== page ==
Ghost in the Shell, a 1995 anime, Blade Runner, a 1982 movie and Neuromancer, a 1984 book, were ahead of their time in a sense that they predicted the world we will be living a few years from now and, to an extent, the world we´re living right now. Works of fiction, of course, but in many ways, a reflection of the world and ultimately, a reflection of ourselves.
In Ghost in the Shell, the main character, Motoko Kusanagi, is driven for the answers to the questions that are still relevant today and maybe will never be answered: Who am i? What makes us human? What´s the next step in human evolution?
Enter a self-aware gone rogue artificial intelligence and all those questions are blown right out of the water. GitS succeeds in many levels, besides giving us a still fresh perspective of a very likely possible future. GitS succeeds where Blade Runner also did it as well. Something that we could not imagine possible: We begin to sympathize with an A.I. Deep stuff.
Blade Runner has basically the same theme as GitS. Deckard, a police officer assigned to hunt and kill replicants - bioengeneered superior to human beings also gone rogue. Why are they being hunted? What was their crime? They developed their own emotions. "More human than human", as Tyrell had said, explaining why one of the replicants thinks she's a human being.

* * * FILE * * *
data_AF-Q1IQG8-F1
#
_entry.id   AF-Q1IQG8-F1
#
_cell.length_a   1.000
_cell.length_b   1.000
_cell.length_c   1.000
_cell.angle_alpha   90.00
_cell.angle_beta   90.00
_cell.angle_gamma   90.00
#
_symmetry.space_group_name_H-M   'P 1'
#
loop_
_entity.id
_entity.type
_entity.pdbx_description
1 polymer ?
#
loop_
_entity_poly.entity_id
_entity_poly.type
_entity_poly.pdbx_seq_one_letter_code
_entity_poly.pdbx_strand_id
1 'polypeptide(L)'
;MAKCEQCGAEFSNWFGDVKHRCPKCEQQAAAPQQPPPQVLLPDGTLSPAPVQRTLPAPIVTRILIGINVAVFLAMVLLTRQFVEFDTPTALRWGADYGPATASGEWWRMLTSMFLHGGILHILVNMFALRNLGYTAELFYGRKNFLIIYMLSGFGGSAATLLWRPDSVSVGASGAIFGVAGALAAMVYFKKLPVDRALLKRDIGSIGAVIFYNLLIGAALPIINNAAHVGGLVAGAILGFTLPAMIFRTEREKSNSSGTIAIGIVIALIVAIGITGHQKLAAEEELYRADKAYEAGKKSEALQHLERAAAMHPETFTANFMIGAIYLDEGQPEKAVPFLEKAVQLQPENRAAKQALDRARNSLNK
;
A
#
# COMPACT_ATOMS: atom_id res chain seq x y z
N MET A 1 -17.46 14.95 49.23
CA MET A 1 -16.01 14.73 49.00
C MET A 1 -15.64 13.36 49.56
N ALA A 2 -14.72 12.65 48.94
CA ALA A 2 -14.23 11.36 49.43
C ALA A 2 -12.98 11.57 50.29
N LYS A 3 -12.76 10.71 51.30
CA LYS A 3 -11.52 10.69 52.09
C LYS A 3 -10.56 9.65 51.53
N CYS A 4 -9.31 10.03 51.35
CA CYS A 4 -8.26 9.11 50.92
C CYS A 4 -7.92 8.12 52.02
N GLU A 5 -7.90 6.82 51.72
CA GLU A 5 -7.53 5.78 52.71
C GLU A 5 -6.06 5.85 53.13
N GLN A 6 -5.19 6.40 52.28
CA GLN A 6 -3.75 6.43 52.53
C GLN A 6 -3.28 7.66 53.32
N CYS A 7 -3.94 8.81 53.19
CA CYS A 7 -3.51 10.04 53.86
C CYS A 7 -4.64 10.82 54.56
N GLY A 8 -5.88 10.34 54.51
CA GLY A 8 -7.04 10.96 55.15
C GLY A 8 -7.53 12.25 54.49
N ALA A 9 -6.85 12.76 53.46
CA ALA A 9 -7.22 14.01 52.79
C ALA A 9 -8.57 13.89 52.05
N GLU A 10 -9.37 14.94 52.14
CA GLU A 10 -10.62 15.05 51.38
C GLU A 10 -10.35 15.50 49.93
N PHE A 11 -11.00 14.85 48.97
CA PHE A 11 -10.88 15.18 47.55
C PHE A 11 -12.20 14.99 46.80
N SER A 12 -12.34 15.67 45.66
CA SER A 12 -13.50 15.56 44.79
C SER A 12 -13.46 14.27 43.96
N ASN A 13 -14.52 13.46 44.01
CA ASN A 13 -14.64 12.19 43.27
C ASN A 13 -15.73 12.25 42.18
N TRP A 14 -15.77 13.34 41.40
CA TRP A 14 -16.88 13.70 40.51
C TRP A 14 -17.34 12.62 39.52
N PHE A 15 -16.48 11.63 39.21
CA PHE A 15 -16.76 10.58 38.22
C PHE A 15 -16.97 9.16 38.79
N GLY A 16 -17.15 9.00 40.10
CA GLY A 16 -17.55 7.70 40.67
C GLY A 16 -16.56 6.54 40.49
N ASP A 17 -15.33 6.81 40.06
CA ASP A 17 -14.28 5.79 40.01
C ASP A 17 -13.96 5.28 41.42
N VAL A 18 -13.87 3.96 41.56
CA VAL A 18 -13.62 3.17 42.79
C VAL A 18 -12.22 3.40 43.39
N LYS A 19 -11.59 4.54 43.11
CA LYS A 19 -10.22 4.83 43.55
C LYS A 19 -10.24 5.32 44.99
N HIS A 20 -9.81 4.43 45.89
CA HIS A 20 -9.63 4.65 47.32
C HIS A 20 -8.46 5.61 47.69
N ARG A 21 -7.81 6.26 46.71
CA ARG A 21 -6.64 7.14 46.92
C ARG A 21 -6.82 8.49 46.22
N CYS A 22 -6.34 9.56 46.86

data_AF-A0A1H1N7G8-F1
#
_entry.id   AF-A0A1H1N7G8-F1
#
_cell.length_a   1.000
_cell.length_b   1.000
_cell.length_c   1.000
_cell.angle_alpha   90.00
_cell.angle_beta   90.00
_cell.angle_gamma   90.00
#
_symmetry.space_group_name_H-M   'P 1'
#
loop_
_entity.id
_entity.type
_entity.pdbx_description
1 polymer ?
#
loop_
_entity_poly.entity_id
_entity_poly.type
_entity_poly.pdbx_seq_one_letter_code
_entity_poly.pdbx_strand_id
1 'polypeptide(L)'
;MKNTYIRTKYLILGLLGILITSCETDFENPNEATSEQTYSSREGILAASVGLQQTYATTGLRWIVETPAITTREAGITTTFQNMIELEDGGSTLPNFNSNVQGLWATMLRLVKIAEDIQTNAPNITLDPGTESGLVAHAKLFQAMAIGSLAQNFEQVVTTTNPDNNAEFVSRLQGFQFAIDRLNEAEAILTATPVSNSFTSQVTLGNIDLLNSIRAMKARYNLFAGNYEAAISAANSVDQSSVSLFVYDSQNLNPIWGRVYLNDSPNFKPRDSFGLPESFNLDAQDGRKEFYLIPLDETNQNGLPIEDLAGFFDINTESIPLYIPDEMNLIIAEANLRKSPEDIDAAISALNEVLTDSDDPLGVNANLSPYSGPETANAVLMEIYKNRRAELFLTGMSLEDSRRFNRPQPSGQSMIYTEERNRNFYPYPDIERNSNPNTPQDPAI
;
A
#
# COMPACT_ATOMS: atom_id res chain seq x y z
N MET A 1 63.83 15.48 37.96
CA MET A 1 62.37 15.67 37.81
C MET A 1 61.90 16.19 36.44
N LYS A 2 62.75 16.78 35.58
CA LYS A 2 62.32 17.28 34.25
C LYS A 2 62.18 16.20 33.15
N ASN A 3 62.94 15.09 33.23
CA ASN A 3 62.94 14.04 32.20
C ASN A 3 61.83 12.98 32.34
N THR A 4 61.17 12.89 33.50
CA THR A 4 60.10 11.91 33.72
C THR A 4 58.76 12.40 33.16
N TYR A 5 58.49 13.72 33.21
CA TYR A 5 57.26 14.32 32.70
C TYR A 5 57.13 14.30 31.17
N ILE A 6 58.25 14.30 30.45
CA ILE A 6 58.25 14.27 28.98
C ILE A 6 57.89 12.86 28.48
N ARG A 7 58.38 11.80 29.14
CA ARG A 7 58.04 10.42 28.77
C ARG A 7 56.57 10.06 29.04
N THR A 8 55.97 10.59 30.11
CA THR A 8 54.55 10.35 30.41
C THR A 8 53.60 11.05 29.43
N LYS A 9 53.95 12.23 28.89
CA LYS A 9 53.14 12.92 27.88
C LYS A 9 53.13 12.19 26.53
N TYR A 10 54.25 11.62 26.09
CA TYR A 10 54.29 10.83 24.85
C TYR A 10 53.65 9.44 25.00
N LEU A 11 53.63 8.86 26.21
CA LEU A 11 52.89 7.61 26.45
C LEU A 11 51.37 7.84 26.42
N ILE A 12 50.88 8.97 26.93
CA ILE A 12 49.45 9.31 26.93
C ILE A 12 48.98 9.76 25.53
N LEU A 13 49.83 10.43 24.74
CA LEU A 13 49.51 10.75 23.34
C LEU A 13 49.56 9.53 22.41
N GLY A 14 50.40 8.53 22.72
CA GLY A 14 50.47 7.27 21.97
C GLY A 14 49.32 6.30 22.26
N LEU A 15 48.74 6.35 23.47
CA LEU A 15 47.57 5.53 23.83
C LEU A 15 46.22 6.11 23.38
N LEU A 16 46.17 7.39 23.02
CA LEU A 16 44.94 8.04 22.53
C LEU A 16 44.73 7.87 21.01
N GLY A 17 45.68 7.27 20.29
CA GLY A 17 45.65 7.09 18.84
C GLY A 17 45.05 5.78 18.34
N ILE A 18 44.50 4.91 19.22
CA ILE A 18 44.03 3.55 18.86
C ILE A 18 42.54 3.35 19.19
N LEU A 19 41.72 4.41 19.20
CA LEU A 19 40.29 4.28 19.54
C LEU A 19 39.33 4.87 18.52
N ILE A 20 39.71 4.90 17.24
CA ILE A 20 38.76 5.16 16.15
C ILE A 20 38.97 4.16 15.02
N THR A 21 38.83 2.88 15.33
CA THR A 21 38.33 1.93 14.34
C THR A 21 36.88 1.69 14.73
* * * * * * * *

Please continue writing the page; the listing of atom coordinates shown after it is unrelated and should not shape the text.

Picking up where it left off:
Again, all works of fiction. Nonetheless, could be a sign of things to come, in a highly advanced future life.
Last november, the giant Big Blue, IBM announced:
"Scientists, at IBM Research - Almaden, in collaboration with colleagues from Lawrence Berkeley National Lab, have performed the first near real-time cortical simulation of the brain that exceeds the scale of a cat cortex and contains 1 billion spiking neurons and 10 trillion individual learning synapses."
Perhaps, say twenty, thirty years from now, all depictions of the future in science-fiction works will come true.

Technology comes from the Greek "technología" — téchne, an 'art', 'skill' or 'craft' and -logía, the study of something, or the branch of knowledge of a discipline.
We are learning to cultivate our skills, our crafts, always will.
Our effort to remain what we are is what limits us.
Technology is here to help us break free from those limits.


This was written for a friend and I just came across it. It was saved as a draft and now I believe it is time to make it "public" here in this blog.